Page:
Bid adieu to these food trends

Bid adieu to these food trends

The last decade saw a number of food habits and trends, many of which fell flat as a soggy salad, writes Tini Sara Anien

Fruits and vegetables only

The new decade is here and so are resolutions that work around healthy food practices. The last decade saw a number of food habits and trends, many of which fell flat as a soggy salad.

From fad diets to innovations, there was a lot of action in the food biz. Health experts analyse the trends of the last decade and what was wrong with them.

Fad diets

There were just so many to mention: Keto to the Mediterranean diet, which gained attention in the last decade. While many of them have proved their results among people, dietician Pavithra N Raj, chief dietician, Columbia Asia Referral Hospital, says that people get attracted to fad diets and follow them for a few days and then abandon them.

She explains, “There should be some discipline in a diet. Whenever starting a diet, understand it
well. After starting a Keto diet one could end up with high triglycerides, or with gout after a high-protein diet. Instead, one should focus on a diet which is balanced. Keep carbohydrates minimal and focus
on consuming high-fibre food like wheat, ragi or jowar.”

Limit fat intake and focus on physical activity, she adds. “One should remember to workout for 30 to 40 minutes, hydrate oneself despite whatever the season is.”

Nitrogen-infused foods

Consuming nitrogen-infused foods like ice creams, drinks were hot favourites among some. There were incidents of oesophagal ruptures caused by such items. “Incidents of stomach ulcers were also observed,” notes Pavithra.

Raw food and vegetable diets

Though such diets sound ‘healthy’, they deprive one’s body of sodium and necessary nutrients. “Lack of sodium can even lead to cramps and is needed for electrolyte balance,” says Pavithra. 
One could also end up feeling bloated, due to the excess fibre in such a diet, she adds. “Gastrointestinal issues can escalate, people who have borderline thyroid stand at risk and a calcium deficit can happen,” she says.

Intermittent Fasting

A concept which many link to Ayurveda and other roots, Intermittent Fasting (a 12 to 14 hour break from food, mostly between lunch and next day’s breakfast) was considered by many in the last decade.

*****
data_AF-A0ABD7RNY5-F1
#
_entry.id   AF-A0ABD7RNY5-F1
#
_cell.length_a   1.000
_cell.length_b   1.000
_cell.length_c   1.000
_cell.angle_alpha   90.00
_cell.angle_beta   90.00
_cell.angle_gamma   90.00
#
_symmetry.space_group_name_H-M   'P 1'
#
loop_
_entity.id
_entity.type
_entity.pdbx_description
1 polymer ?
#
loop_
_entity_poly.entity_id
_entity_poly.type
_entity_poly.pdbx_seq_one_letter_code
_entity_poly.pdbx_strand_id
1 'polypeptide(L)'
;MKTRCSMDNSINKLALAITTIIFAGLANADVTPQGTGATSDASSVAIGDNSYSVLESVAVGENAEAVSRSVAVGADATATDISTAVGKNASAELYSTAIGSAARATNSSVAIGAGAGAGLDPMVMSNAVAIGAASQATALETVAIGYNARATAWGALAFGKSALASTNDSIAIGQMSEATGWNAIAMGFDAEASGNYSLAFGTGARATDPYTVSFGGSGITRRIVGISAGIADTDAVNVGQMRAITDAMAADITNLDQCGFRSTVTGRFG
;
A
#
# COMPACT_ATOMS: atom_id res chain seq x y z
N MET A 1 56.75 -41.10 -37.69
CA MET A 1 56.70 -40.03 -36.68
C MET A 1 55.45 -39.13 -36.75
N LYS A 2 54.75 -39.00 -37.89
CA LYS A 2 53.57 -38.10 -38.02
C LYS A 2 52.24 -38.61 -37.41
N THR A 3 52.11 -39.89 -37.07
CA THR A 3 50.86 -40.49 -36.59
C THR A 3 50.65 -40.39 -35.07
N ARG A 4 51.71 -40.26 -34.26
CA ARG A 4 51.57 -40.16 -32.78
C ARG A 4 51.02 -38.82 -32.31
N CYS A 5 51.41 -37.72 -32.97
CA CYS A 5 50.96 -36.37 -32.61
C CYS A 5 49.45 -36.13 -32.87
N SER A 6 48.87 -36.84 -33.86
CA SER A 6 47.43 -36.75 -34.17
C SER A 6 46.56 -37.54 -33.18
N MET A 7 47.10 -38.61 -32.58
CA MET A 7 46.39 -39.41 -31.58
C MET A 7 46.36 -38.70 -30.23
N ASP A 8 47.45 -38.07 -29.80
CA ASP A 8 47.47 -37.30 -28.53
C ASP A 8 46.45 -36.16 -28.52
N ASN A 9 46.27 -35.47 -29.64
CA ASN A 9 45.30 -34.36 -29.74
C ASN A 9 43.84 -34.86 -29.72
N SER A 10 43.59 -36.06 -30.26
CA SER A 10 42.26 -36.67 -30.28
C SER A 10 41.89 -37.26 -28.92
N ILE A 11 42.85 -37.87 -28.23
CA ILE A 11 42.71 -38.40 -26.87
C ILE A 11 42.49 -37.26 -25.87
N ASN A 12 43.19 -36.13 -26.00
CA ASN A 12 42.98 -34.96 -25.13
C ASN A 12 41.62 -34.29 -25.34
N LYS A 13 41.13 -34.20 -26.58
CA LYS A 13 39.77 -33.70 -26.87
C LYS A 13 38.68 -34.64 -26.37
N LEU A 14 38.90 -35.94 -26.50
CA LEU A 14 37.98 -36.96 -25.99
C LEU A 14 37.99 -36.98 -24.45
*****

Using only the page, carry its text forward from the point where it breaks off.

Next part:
While many claim that this practice helps control sugar levels, there have been reports of diabetics suffering low sugar levels, which is risky. Gastric issues can also occur.

Instant foods

Home-cooked food has taken a back seat as instant food options become popular. One can blame packed and stress-filled schedules for this and the convenience factor attached to such food. 

To maintain palatability, these foods are mostly always high in sugar, salt or oil. Suparna Mukherjee, in charge-clinical nutrition & dietetics, Narayana Health City says one should “plan, cook and carry.”

Polished food is another no-no. “Unpolished rice or cereal should be consumed. Green gram dal, pulses like kabuli chana should be consumed. Black rice is high in antioxidants and fibre,” she adds.

Charcoal food

Activated charcoal is still in a research phase. While some studies say charcoal in food helps reduce cholesterol, there are no studies that prove that it is beneficial.

“Since its carbon, it should anyway be consumed only in small portions,” says Suparna.

Gluten-free food 

Research over the years proves that gluten restriction is only required for people who are sensitive to it.

If it proves sensitive to an individual, then they should avoid it, else gluten-free foods should not be consumed, advises Suparna.

Infused water

Most health and fitness freaks got really innovative with infused water. Ranjani Raman, dietitian and
nutrition consultant, Nutrition Tattva says, “It is a good way to stay refreshed but is not a long-term weight loss solution or sustainable form of drinking water. People often end up adding sweet fruits to water. 

Apple cider vinegar

Several people took up consuming apple cider vinegar to lose weight.

“It might have benefits because of the properties vinegar has but when produced commercially they are not healthy because of the preservatives and chemicals,” says Rajani.
 

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